Whatever the position of the Commissioner on petition for a writ of prohibition might have been which is res judicata on jurisdictional questions, on appeal he does not claim that petitioner was not entitled to a court hearing. He has receded from his original position that as an applicant McDonough was not entitled to the independent judgment of the court or that McDonough was not entitled to a trial by jury on proper facts. It is now the Commissioner's contention that the superior court judicial review should have been limited to whether a prior application had been denied within five years and whether there was an abuse of discretion in denying a hearing or denying the application for license. The Commissioner also contends that if the provision in subd. (c) of section 1733 is unconstitutional, it was the duty of the superior court to send the matter back to the Commissioner for a hearing. This point has been previously considered. Since the enactment of section 1821 it is not necessary to do anything more than declare that under the code sections as now read together (Newport v. Caminetti, supra), a petition of an applicant may not be denied without a hearing. It was the Commissioner's duty under the terms of the alternative writ of mandate to issue the license or to show cause why he had not done so. He could have submitted to the jury the facts upon which he based his conclusion. He refused to do so. He should abide the result of the judgment based upon the verdict. In passing it should be noted from previous litigation referred to by the Commissioner, and from more recent litigation, that when McDonough appeared before a jury in an extraordinary proceeding, matter or in a criminal case based upon the ‘license’ question, McDonough won, and when the matters of ‘license’ appeared before the Commissioner, the Commissioner won. In his opening brief the Commissioner states his position as follows: ‘[W]here the Commissioner denies the application upon the ground that the applicant is not of good general reputation—the reviewing court must determine whether there is sufficient evidence to show a reasonable basis for the Commissioner's action.’ The reviewing court here was the superior court. The Commissioner refused to introduce evidence to support his position. He did not participate in the examination of witnesses, but his legal representative was present during the jury trial, and participated in motions and objections in the absence of the jury. A certificate of the Commissioner certifying facts found after a hearing is held to be prima facie evidence of such facts. (Insurance Code, sec. 1819.) Here there was no hearing.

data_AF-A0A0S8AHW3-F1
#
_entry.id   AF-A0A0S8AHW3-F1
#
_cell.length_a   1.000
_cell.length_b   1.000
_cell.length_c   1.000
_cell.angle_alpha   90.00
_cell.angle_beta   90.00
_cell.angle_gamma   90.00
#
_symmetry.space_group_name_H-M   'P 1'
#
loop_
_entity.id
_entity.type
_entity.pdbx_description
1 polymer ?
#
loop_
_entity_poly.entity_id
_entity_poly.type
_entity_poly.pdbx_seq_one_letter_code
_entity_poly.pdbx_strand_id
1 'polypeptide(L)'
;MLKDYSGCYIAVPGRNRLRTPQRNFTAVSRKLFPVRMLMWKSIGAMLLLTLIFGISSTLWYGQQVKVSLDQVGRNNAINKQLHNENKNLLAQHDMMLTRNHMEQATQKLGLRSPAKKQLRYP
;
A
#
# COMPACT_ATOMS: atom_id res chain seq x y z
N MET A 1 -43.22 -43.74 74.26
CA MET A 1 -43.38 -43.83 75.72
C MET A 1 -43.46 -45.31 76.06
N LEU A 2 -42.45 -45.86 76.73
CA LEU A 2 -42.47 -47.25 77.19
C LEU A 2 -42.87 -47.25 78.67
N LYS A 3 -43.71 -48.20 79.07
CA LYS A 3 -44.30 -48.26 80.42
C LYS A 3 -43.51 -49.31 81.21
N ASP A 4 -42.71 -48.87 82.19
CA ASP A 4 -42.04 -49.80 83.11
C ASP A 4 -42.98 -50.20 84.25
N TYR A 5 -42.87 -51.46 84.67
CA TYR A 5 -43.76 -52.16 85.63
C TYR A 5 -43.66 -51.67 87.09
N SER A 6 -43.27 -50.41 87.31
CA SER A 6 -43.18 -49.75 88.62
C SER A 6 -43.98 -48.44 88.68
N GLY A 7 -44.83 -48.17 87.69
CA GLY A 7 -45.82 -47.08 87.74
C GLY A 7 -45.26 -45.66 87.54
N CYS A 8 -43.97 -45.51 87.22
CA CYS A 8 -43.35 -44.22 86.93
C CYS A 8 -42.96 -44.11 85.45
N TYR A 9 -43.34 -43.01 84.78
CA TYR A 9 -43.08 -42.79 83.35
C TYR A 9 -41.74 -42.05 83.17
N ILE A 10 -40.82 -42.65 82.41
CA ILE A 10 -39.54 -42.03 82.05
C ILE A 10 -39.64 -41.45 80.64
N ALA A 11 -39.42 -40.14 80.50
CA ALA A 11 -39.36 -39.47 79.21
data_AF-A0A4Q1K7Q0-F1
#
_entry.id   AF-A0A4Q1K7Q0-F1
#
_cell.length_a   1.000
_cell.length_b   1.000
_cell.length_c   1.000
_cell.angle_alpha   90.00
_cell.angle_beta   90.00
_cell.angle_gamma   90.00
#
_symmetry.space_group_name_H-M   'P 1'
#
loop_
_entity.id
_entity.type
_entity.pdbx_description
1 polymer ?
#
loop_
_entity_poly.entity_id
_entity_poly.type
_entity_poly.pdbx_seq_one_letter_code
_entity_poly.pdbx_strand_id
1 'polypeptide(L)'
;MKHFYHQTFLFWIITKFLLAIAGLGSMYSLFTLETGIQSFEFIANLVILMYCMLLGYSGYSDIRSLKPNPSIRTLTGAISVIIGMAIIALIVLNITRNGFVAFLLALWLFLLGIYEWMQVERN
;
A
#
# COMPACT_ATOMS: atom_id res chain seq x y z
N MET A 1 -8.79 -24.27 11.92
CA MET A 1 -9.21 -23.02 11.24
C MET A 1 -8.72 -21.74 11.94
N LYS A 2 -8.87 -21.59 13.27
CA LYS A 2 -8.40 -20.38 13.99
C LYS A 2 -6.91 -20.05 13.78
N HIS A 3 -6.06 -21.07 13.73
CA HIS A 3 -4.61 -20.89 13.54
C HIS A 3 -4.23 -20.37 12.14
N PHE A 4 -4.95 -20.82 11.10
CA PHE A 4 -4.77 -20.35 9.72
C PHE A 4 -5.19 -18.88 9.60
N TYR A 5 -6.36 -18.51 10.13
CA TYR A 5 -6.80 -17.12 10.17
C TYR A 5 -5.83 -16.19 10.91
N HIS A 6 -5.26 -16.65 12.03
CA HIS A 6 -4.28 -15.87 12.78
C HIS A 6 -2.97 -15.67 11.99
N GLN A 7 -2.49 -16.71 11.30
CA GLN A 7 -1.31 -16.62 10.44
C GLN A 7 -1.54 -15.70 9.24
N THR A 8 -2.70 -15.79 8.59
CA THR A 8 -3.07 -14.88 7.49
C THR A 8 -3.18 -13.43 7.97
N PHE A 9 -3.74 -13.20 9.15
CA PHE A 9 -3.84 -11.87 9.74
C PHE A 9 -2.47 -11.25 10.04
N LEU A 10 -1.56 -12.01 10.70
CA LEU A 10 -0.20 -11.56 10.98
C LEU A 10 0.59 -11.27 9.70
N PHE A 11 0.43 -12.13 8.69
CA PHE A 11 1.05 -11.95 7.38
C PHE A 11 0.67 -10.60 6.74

Whatever has been said in reference to respondent Peter P. McDonough in Civil No. 12638 applies also to respondent Thomas McDonough, Civil No. 12639. As I view the facts and the law the Commissioner has put himself in such a position that the judgment of the superior court should be affirmed.

PETERS, Presiding Justice.

KNIGHT, J., concurs.